Hello. I cannot point you to the lines of code where the parametric
regressors are created but here is what I do know. If you have a
condition which alternates between 'on' and 'off' one regressor will
capture this mean effect of the task. If you believe that the
response systematically varies around this mean then a parametric
modulator can capture this variance. So the parametric modulator is
orthogonal to the mean regressor (the one where each trial/block has
the same amplitude). One good example I have tested out is a task
where I have three memory load levels. These three levels can be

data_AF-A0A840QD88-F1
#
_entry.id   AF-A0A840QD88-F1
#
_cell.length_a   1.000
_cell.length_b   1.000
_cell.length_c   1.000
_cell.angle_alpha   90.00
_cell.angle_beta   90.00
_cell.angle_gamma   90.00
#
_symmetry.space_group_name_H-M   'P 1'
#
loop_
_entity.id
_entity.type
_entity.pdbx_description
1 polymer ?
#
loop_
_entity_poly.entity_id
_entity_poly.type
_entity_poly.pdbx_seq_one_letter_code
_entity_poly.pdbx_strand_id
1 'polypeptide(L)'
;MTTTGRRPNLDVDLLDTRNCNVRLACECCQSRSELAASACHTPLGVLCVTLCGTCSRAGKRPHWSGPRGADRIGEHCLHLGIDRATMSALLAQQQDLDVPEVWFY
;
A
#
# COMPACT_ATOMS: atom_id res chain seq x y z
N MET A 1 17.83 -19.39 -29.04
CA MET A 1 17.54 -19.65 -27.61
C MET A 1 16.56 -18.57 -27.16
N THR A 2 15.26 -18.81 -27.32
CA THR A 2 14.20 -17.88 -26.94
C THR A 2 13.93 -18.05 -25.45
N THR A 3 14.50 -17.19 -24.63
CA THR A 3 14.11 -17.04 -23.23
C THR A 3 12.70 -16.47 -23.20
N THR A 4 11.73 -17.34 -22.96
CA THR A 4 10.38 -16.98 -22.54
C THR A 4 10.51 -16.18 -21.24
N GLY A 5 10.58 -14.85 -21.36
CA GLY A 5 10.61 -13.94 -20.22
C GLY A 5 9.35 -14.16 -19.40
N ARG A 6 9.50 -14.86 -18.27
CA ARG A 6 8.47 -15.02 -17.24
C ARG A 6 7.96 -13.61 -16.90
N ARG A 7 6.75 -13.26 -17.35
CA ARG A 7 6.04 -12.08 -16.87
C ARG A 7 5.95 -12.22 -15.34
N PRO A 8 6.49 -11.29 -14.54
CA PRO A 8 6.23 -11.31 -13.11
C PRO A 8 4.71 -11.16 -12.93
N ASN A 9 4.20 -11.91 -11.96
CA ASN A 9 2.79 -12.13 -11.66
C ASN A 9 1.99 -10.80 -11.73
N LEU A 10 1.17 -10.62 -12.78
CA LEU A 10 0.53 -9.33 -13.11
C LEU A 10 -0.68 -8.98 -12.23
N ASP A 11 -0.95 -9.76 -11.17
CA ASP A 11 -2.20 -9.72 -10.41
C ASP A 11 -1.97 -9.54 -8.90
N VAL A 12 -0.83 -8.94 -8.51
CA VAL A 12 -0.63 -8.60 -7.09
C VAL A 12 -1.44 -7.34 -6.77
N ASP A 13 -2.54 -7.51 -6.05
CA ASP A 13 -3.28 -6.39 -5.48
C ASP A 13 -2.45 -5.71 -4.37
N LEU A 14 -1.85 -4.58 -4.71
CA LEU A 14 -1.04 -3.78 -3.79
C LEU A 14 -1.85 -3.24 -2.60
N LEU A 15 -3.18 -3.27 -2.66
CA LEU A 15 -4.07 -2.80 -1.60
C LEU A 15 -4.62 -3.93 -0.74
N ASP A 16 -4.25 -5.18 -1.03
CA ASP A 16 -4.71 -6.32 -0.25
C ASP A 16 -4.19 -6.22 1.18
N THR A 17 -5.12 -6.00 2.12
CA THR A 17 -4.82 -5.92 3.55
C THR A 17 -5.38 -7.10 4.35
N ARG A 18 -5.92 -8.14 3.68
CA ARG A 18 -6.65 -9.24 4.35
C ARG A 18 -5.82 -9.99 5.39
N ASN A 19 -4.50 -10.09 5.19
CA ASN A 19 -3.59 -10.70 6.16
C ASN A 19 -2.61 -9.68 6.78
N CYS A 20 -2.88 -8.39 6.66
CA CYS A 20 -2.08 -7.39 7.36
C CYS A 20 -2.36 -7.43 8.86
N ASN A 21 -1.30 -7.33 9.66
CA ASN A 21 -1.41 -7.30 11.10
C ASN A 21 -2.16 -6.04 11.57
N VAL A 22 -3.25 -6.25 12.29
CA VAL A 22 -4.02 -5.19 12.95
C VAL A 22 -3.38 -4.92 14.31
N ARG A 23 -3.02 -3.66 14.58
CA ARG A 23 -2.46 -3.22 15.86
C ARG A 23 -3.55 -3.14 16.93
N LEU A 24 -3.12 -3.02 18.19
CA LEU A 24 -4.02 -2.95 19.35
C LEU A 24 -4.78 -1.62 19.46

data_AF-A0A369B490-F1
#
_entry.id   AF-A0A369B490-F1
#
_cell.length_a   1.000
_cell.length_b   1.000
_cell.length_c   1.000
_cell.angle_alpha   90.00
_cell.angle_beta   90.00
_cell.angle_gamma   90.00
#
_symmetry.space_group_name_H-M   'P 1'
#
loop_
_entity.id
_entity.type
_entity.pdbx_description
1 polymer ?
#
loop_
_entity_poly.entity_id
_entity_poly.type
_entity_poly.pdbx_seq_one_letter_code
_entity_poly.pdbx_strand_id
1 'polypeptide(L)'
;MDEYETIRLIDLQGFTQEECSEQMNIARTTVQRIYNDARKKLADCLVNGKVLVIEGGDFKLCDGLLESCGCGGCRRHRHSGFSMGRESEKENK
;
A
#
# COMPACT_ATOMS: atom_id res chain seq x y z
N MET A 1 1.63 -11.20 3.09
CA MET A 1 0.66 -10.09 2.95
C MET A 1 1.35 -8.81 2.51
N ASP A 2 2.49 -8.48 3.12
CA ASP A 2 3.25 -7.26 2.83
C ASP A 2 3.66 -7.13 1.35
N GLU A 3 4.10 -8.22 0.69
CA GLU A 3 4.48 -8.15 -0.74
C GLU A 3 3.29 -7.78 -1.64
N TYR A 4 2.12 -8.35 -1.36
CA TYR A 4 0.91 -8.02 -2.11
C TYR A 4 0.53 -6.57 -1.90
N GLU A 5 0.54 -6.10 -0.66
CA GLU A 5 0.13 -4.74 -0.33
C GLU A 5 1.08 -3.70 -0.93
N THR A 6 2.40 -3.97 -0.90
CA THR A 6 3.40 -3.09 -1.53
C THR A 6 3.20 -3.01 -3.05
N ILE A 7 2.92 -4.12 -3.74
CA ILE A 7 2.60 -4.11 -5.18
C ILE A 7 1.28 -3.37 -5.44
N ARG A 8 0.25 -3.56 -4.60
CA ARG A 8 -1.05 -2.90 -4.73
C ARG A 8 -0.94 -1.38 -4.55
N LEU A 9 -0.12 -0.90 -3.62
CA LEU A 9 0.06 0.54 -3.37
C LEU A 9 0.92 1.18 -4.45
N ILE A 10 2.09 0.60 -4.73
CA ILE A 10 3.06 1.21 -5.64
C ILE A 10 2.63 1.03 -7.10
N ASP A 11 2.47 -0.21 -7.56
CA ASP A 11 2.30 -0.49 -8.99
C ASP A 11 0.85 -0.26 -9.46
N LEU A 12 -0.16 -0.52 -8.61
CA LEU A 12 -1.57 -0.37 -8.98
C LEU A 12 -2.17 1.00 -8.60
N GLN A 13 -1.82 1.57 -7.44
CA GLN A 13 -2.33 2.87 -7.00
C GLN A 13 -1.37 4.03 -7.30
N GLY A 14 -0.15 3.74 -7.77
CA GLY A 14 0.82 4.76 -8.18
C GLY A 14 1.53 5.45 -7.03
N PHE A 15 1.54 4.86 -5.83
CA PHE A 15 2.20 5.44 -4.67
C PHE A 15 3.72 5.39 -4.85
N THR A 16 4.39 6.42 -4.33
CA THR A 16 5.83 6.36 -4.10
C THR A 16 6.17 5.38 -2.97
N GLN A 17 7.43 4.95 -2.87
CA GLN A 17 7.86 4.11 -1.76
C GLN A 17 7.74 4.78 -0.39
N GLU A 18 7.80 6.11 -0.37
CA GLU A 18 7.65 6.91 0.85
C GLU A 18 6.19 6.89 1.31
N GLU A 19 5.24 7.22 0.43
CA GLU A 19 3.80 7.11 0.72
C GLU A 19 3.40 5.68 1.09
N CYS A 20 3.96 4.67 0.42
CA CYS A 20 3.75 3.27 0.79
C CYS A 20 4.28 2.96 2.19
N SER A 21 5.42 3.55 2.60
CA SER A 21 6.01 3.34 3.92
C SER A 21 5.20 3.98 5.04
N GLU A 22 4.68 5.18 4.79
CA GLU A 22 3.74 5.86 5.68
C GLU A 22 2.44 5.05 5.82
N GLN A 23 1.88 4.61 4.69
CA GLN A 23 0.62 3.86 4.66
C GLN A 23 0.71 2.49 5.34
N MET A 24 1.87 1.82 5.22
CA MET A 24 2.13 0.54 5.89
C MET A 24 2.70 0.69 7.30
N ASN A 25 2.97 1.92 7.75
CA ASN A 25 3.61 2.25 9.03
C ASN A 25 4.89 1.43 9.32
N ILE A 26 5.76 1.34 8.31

modeled with three regressors, then a linear increase as a function of
load can be tested with a contrast. OR the model can be done with a
single regressor coding every trial/epoch regardless of the load
level. Then a second regressor (the parametric modulator) can be added
to the model that captures changes in the amplitude of the BOLD signal
as a function of load level. The results from the two models give the
same results but the parametric modulator has one more degree of
So the stats are not "special" but fall within in the context of standard GLM.
I hope this helps,
On Thu, Mar 3, 2011 at 1:36 PM, Stephen J. Fromm <[log in to unmask]> wrote:
> I don't know, but the obvious way to go about this on a Linux/Unix/Mac box would be to cd into the code directory and type
> grep -i modulation *.m
> As for comparing versions, use the Unix "diff" utility.
Jason Steffener, Ph.D.
Department of Neurology